South Sudan’s beloved national beer may be the next casualty of its civil war

Quartz africa
Quartz africa

The maker of South Sudan’s homegrown brew, White Bull, one of the country’s earliest symbols of independence, is in danger of closing its doors. After 19 months of civil war, the Southern Sudan Beverages brewery is now strapped for foreign exchange needed to import materials as well as diesel to run its operations. The brewery, based in Juba, has partially suspended production, according to the company.

“The operation is in a very precarious position,” the brewery’s managing director, Carlos Gomes, told Quartz via email. The company has some inventory of the beer but is uncertain how long those supplies will last. The brewery relies on diesel generators and almost all of its grain, sugar, and yeast are imported.

Photo illustration shows a bottle of White Bull beer in Juba
A bottle of White Bull beer, produced in Juba, South Sudan. (Reuters/Adriane Ohanesian)

White Bull, named after a breed of local cattle, was launched in 2009, just two years before South Sudan gained independence. It represented the country’s freedom from the north, where sharia law barred alcohol consumption. SABMiller, which opened the brewery, gave the lager the tag line, “The taste of progress.” Over time, it became the dominant beer in the country, beating out rivals like Kenya’s Tusker beer or Bull from Uganda, which dominate the East Africa region.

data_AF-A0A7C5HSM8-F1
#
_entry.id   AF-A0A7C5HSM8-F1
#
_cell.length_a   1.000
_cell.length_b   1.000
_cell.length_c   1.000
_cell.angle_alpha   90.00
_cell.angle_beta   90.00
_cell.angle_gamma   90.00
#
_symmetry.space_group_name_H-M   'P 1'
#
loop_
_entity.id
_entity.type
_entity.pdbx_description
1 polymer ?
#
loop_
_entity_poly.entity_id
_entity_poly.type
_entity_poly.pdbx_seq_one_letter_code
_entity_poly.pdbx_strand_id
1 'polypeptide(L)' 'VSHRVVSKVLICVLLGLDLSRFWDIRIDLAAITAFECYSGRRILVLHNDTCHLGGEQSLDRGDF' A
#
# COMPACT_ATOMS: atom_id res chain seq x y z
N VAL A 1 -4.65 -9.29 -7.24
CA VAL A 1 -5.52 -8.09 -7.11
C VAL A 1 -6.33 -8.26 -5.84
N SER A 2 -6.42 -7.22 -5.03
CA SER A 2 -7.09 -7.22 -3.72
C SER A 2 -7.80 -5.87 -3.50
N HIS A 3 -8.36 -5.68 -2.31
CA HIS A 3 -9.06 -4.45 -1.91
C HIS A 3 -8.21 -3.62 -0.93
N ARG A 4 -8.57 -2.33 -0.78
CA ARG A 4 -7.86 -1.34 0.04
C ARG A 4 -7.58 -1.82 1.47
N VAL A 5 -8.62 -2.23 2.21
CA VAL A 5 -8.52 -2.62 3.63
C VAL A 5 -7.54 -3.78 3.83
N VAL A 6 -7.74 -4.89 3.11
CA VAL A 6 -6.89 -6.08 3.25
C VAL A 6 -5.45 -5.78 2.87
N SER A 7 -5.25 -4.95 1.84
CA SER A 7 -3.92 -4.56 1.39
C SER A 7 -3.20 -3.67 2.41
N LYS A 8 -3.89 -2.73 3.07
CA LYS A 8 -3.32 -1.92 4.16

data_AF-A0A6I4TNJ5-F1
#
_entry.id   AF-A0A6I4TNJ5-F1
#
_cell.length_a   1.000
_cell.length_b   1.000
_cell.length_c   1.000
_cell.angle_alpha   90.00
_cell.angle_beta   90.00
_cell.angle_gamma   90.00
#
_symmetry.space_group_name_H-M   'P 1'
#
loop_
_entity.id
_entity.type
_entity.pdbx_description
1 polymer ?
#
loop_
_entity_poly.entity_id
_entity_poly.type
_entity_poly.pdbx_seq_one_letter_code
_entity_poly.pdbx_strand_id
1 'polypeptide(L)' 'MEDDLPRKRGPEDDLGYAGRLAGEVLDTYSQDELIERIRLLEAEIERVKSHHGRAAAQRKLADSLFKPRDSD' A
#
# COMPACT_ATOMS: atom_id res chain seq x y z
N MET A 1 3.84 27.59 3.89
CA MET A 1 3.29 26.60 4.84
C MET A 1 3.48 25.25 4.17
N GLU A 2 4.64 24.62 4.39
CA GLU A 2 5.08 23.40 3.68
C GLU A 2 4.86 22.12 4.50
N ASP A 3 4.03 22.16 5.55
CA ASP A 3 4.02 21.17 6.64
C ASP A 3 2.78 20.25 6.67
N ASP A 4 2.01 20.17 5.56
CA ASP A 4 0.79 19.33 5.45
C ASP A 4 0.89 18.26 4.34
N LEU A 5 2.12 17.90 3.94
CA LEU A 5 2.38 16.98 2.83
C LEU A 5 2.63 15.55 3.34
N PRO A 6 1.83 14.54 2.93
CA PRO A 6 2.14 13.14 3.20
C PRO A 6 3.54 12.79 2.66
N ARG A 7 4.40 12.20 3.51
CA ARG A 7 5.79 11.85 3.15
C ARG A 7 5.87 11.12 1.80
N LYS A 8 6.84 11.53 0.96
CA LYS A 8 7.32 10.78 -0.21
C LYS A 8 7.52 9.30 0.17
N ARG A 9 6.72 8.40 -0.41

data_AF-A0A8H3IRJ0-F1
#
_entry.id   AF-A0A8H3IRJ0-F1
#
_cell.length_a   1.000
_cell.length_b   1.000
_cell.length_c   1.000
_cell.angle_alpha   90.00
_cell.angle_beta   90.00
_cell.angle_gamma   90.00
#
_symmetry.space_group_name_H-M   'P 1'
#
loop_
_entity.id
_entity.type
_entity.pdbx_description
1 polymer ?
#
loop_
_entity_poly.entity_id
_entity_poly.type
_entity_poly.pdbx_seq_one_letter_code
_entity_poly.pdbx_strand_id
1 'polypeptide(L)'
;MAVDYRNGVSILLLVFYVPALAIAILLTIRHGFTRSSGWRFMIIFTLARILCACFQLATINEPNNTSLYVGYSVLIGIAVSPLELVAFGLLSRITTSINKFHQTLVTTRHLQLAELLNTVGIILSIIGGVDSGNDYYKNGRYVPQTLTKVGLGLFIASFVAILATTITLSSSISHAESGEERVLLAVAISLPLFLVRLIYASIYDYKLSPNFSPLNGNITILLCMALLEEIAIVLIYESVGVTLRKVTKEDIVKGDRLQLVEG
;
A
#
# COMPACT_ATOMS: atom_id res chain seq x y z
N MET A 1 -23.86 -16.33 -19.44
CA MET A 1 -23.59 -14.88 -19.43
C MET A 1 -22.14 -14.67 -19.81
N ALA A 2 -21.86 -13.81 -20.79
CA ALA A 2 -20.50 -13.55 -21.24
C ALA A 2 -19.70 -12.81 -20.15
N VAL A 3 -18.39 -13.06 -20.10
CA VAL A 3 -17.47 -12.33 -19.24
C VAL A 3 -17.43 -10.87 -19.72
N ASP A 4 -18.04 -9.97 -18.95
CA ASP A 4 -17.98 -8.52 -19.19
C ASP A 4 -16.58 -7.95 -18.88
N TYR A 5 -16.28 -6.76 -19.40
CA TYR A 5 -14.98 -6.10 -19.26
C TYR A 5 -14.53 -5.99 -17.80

The closure will have more than a symbolic impact. SABMiller’s $50 million brewery was the single largest investment the country had received outside of the oil industry. In a country where as much as a third of the population lacks enough food, the brewery was responsible for hundreds of jobs. Around 100 workers, a quarter of the brewery’s workforce, have been sent home already.

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